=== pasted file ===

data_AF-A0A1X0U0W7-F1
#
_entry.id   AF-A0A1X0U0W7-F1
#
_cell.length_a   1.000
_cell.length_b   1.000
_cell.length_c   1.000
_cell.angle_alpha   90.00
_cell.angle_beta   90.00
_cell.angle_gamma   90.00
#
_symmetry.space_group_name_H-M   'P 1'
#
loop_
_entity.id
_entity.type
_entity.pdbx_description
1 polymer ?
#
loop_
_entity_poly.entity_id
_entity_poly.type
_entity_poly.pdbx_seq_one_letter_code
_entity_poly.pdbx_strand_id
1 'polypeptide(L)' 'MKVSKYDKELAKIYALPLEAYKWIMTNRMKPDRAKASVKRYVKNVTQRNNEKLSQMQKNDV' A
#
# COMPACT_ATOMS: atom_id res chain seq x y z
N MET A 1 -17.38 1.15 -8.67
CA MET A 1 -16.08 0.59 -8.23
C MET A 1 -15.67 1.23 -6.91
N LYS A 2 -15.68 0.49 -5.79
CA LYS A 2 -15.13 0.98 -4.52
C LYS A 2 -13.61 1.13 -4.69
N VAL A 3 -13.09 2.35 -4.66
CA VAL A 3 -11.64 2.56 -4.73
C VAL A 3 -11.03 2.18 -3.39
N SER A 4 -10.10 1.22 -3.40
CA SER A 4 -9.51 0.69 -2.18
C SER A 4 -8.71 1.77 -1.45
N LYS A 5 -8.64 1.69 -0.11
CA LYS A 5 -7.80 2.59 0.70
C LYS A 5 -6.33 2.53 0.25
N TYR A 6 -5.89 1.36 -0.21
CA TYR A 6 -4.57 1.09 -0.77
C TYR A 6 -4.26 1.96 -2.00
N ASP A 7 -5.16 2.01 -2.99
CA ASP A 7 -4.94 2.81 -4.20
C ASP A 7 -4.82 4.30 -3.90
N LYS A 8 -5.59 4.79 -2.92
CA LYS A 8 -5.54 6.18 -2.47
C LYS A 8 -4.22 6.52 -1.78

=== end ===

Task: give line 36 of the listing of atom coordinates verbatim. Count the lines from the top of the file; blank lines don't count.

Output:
C VAL A 3 -11.03 2.18 -3.39